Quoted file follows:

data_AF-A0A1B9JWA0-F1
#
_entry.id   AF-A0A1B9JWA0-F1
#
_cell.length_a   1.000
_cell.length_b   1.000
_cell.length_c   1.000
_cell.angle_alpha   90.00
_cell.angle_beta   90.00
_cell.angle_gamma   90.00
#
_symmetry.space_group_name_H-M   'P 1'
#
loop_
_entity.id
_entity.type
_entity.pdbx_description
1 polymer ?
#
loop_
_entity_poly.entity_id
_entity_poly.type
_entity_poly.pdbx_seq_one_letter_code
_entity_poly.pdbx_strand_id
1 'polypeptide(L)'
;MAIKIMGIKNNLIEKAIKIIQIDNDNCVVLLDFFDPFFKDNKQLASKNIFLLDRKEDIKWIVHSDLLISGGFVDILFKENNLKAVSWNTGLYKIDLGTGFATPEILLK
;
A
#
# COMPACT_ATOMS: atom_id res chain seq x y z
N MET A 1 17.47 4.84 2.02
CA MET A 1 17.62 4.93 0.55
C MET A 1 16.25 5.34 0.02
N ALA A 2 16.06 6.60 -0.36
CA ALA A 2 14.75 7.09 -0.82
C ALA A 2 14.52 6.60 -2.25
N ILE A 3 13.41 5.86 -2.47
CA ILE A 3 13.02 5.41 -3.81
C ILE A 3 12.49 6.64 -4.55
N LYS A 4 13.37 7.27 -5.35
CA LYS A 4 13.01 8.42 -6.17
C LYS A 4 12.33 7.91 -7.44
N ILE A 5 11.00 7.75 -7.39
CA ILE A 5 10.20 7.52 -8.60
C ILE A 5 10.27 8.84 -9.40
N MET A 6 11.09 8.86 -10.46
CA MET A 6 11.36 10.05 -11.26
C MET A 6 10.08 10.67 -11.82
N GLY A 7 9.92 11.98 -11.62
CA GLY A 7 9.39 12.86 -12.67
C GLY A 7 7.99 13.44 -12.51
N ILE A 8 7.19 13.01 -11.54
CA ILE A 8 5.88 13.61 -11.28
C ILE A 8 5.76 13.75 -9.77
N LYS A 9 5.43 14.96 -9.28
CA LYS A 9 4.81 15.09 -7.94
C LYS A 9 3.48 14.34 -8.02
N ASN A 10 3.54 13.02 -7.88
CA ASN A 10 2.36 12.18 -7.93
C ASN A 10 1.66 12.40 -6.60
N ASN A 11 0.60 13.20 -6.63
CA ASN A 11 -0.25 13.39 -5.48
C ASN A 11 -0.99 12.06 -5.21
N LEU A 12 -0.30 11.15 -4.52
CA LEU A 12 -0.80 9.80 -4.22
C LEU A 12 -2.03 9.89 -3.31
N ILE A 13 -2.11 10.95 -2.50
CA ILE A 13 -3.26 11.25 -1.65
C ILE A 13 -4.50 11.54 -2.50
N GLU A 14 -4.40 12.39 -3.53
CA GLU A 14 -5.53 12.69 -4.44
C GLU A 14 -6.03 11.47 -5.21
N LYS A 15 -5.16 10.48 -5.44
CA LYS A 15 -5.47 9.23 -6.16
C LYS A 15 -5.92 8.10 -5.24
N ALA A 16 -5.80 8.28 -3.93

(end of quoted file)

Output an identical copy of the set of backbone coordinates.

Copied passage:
data_AF-A0A1B9JWA0-F1
#
_entry.id   AF-A0A1B9JWA0-F1
#
_cell.length_a   1.000
_cell.length_b   1.000
_cell.length_c   1.000
_cell.angle_alpha   90.00
_cell.angle_beta   90.00
_cell.angle_gamma   90.00
#
_symmetry.space_group_name_H-M   'P 1'
#
loop_
_entity.id
_entity.type
_entity.pdbx_description
1 polymer ?
#
loop_
_entity_poly.entity_id
_entity_poly.type
_entity_poly.pdbx_seq_one_letter_code
_entity_poly.pdbx_strand_id
1 'polypeptide(L)'
;MAIKIMGIKNNLIEKAIKIIQIDNDNCVVLLDFFDPFFKDNKQLASKNIFLLDRKEDIKWIVHSDLLISGGFVDILFKENNLKAVSWNTGLYKIDLGTGFATPEILLK
;
A
#
# COMPACT_ATOMS: atom_id res chain seq x y z
N MET A 1 17.47 4.84 2.02
CA MET A 1 17.62 4.93 0.55
C MET A 1 16.25 5.34 0.02
N ALA A 2 16.06 6.60 -0.36
CA ALA A 2 14.75 7.09 -0.82
C ALA A 2 14.52 6.60 -2.25
N ILE A 3 13.41 5.86 -2.47
CA ILE A 3 13.02 5.41 -3.81
C ILE A 3 12.49 6.64 -4.55
N LYS A 4 13.37 7.27 -5.35
CA LYS A 4 13.01 8.42 -6.17
C LYS A 4 12.33 7.91 -7.44
N ILE A 5 11.00 7.75 -7.39
CA ILE A 5 10.20 7.52 -8.60
C ILE A 5 10.27 8.84 -9.40
N MET A 6 11.09 8.86 -10.46
CA MET A 6 11.36 10.05 -11.26
C MET A 6 10.08 10.67 -11.82
N GLY A 7 9.92 11.98 -11.62
CA GLY A 7 9.39 12.86 -12.67
C GLY A 7 7.99 13.44 -12.51
N ILE A 8 7.19 13.01 -11.54
CA ILE A 8 5.88 13.61 -11.28
C ILE A 8 5.76 13.75 -9.77
N LYS A 9 5.43 14.96 -9.28
CA LYS A 9 4.81 15.09 -7.94
C LYS A 9 3.48 14.34 -8.02
N ASN A 10 3.54 13.02 -7.88
CA ASN A 10 2.36 12.18 -7.93
C ASN A 10 1.66 12.40 -6.60
N ASN A 11 0.60 13.20 -6.63
CA ASN A 11 -0.25 13.39 -5.48
C ASN A 11 -0.99 12.06 -5.21
N LEU A 12 -0.30 11.15 -4.52
CA LEU A 12 -0.80 9.80 -4.22
C LEU A 12 -2.03 9.89 -3.31
N ILE A 13 -2.11 10.95 -2.50
CA ILE A 13 -3.26 11.25 -1.65
C ILE A 13 -4.50 11.54 -2.50
N GLU A 14 -4.40 12.39 -3.53
CA GLU A 14 -5.53 12.69 -4.44
C GLU A 14 -6.03 11.47 -5.21
N LYS A 15 -5.16 10.48 -5.44
CA LYS A 15 -5.47 9.23 -6.16
C LYS A 15 -5.92 8.10 -5.24
N ALA A 16 -5.80 8.28 -3.93